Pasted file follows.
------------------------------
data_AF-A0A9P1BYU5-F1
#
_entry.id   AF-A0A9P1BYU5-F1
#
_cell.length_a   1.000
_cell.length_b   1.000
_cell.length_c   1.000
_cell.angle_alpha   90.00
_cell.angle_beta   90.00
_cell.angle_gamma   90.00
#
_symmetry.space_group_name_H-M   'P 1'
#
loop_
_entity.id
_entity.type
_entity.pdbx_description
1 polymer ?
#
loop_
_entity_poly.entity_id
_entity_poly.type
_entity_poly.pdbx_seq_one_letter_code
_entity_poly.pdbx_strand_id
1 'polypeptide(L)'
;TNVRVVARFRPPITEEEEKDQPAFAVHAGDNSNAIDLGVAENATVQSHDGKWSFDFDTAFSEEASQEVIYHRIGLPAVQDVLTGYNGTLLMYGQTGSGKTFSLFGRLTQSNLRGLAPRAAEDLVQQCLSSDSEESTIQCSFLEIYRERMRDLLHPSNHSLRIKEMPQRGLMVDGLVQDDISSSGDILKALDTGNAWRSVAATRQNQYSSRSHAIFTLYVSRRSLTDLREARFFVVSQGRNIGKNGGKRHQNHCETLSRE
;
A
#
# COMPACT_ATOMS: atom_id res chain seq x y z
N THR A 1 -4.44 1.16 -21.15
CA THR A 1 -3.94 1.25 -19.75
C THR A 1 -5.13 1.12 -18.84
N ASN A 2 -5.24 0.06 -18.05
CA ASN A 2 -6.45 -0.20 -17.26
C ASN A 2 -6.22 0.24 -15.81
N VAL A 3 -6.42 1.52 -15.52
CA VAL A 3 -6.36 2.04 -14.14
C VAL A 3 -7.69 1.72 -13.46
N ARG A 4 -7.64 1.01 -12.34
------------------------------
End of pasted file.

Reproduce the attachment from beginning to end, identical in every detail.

data_AF-A0A9P1BYU5-F1
#
_entry.id   AF-A0A9P1BYU5-F1
#
_cell.length_a   1.000
_cell.length_b   1.000
_cell.length_c   1.000
_cell.angle_alpha   90.00
_cell.angle_beta   90.00
_cell.angle_gamma   90.00
#
_symmetry.space_group_name_H-M   'P 1'
#
loop_
_entity.id
_entity.type
_entity.pdbx_description
1 polymer ?
#
loop_
_entity_poly.entity_id
_entity_poly.type
_entity_poly.pdbx_seq_one_letter_code
_entity_poly.pdbx_strand_id
1 'polypeptide(L)'
;TNVRVVARFRPPITEEEEKDQPAFAVHAGDNSNAIDLGVAENATVQSHDGKWSFDFDTAFSEEASQEVIYHRIGLPAVQDVLTGYNGTLLMYGQTGSGKTFSLFGRLTQSNLRGLAPRAAEDLVQQCLSSDSEESTIQCSFLEIYRERMRDLLHPSNHSLRIKEMPQRGLMVDGLVQDDISSSGDILKALDTGNAWRSVAATRQNQYSSRSHAIFTLYVSRRSLTDLREARFFVVSQGRNIGKNGGKRHQNHCETLSRE
;
A
#
# COMPACT_ATOMS: atom_id res chain seq x y z
N THR A 1 -4.44 1.16 -21.15
CA THR A 1 -3.94 1.25 -19.75
C THR A 1 -5.13 1.12 -18.84
N ASN A 2 -5.24 0.06 -18.05
CA ASN A 2 -6.45 -0.20 -17.26
C ASN A 2 -6.22 0.24 -15.81
N VAL A 3 -6.42 1.52 -15.52
CA VAL A 3 -6.36 2.04 -14.14
C VAL A 3 -7.69 1.72 -13.46
N ARG A 4 -7.64 1.01 -12.34